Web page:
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Latest Cell Stories

2012-05-01 16:26:09

High-powered microscopes reveal workings of the cell -- results could impact treatment of Down syndrome, lissencephaly (a brain formation disorder) or cancer Scientists using high-powered microscopes have made a stunning observation of the architecture within a cell — and identified for the first time how the architecture changes during the formation of gametes, also known as sex cells, in order to successfully complete the process. The findings by the international team led by...

2012-04-30 14:51:23

Berkeley Lab scientists demonstrate the promise of synchrotron infrared spectroscopy of living cells for medical applications Knowing how a living cell works means knowing how the chemistry inside the cell changes as the functions of the cell change. Protein phosphorylation, for example, controls everything from cell proliferation to differentiation to metabolism to signaling, and even programmed cell death (apoptosis), in cells from bacteria to humans. It´s a chemical process that...

2012-04-30 14:37:30

St. Jude Children's Research Hospital discovery that a protein vital for cell survival and immune balance has another form with a different function could yield additional cancer treatment strategy Research led by St. Jude Children's Research Hospital investigators suggests that safeguarding cell survival and maintaining a balanced immune system is just the start of the myeloid cell leukemia sequence 1 (MCL1) protein's work. Nearly 20 years after MCL1 was discovered, scientists have...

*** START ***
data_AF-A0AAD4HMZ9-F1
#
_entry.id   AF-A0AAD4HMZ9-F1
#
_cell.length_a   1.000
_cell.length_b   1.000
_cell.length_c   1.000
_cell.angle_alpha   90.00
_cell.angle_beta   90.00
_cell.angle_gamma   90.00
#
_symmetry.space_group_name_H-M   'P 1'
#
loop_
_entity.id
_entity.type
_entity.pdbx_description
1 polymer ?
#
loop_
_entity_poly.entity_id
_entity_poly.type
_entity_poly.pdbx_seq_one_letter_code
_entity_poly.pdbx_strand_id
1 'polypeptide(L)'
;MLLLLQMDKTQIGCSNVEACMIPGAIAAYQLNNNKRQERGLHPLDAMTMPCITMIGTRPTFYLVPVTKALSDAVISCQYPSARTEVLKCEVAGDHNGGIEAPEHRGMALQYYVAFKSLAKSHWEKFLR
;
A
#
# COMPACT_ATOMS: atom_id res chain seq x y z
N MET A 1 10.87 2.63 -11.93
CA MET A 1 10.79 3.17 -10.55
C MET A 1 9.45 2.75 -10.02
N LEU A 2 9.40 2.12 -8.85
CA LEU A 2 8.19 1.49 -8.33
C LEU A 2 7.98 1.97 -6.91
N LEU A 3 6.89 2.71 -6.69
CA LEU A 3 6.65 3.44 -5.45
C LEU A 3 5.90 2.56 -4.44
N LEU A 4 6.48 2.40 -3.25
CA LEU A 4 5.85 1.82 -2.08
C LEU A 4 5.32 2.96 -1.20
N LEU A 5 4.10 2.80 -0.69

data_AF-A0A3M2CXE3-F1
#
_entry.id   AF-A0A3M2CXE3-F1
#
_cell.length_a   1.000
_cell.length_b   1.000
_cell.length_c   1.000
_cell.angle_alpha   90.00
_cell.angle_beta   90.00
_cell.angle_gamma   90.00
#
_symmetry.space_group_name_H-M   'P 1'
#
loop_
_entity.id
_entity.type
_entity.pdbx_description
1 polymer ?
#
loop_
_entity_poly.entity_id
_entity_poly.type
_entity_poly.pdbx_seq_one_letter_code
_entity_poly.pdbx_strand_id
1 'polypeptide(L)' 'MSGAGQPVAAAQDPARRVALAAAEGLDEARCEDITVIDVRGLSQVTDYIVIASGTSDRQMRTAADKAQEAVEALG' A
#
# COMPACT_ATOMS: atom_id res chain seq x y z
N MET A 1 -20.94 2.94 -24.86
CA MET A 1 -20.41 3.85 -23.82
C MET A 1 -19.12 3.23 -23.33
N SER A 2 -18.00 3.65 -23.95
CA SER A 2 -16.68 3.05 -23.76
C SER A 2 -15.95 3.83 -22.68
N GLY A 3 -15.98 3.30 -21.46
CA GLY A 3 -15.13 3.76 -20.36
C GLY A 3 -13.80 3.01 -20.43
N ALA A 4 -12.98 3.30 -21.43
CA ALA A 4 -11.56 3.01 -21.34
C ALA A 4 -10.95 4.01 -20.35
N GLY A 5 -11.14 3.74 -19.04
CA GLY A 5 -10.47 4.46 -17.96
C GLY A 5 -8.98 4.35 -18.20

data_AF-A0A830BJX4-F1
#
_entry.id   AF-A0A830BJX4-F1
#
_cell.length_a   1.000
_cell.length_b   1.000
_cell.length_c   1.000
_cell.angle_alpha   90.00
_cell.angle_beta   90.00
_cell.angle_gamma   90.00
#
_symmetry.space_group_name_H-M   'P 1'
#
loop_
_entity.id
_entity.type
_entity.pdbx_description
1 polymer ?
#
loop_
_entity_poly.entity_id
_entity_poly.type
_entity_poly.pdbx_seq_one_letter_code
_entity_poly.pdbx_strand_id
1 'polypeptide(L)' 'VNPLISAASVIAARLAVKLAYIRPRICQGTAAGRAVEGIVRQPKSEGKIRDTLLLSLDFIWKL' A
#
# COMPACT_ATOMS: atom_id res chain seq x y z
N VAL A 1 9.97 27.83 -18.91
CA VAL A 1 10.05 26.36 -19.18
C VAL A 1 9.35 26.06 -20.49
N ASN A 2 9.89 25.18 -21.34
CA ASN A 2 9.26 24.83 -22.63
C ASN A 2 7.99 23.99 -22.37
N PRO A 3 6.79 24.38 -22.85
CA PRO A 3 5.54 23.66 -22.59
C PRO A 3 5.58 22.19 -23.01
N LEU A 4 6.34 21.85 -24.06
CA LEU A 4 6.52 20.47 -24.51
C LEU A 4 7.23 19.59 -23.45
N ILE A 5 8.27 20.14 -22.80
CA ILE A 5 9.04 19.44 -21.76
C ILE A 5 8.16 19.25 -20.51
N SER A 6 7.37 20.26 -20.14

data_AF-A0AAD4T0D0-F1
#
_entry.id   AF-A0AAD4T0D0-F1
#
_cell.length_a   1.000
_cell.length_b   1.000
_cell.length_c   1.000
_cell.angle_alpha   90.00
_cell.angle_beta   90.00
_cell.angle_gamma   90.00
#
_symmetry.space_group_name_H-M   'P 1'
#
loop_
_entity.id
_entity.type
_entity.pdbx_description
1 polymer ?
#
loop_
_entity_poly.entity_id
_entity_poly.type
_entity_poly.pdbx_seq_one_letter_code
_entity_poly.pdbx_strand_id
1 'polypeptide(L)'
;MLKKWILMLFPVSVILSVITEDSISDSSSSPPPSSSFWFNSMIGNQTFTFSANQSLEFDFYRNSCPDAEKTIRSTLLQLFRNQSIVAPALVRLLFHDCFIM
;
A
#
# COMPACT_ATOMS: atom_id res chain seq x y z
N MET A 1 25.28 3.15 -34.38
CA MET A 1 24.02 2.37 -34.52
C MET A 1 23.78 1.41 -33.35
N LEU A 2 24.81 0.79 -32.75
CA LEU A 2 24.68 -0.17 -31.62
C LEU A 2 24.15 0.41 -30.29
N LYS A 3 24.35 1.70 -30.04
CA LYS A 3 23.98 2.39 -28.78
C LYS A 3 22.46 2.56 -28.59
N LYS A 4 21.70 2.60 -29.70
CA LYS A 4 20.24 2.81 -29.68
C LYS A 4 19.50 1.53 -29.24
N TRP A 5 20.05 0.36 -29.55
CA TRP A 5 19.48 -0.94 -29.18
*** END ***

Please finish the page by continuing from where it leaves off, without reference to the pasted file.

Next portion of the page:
2012-04-27 11:20:11

Bacteria provide a well-known playground for scientists and the evolution of these earliest life forms has shed important perspective on potential therapies for some of the most common, deadly diseases. Researchers at Case Western Reserve University School of Medicine have now discovered that, the gas nitric oxide (NO), produced in all cells of the human body for natural purposes, plays a fundamental regulatory role in controlling bacterial function, via a signaling mechanism called...

2012-04-27 05:30:45

(Ivanhoe Newswire) — Biology Major Adam Reese may have found the key to keep fat cells from forming. While investigating new ways to combat osteoporosis, with Assistant Professor Anja Nohe, in the University of Delaware science lab, Reese discovered a trigger that he believes turns a stem cell into a fat cell. The trigger, a protein called endoglin, regulates what type of cell an existing stem cell will become. Reese, with the help of graduate student Joyita Dutta, found the amount...


Latest Cell Reference Libraries

Cell (journal)
2012-06-04 14:15:36

Cell is a peer-reviewed scientific journal founded by Benjamin Lewin in January 1974 with the sponsorship of MIT Press. Lewin bought the rights to the journal in 1986 and published it under his own publishing arm Cell Press. Cell Press was sold to Elsevier in 1999, which currently publishes Cell twice monthly. Cell Press publishes several biomedical journals, including Cell, Neuron, Immunity, Molecular Cell, Developmental Cell, Cancer Cell, Current Biology, Structure, Chemistry &...

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Word of the Day
attercop
  • A spider.
  • Figuratively, a peevish, testy, ill-natured person.
'Attercop' comes from the Old English 'atorcoppe,' where 'atter' means 'poison, venom' and‎ 'cop' means 'spider.' 'Coppa' is a derivative of 'cop,' top, summit, round head, or 'copp,' cup, vessel, which refers to 'the supposed venomous properties of spiders,' says the OED. 'Copp' is still found in the word 'cobweb.'
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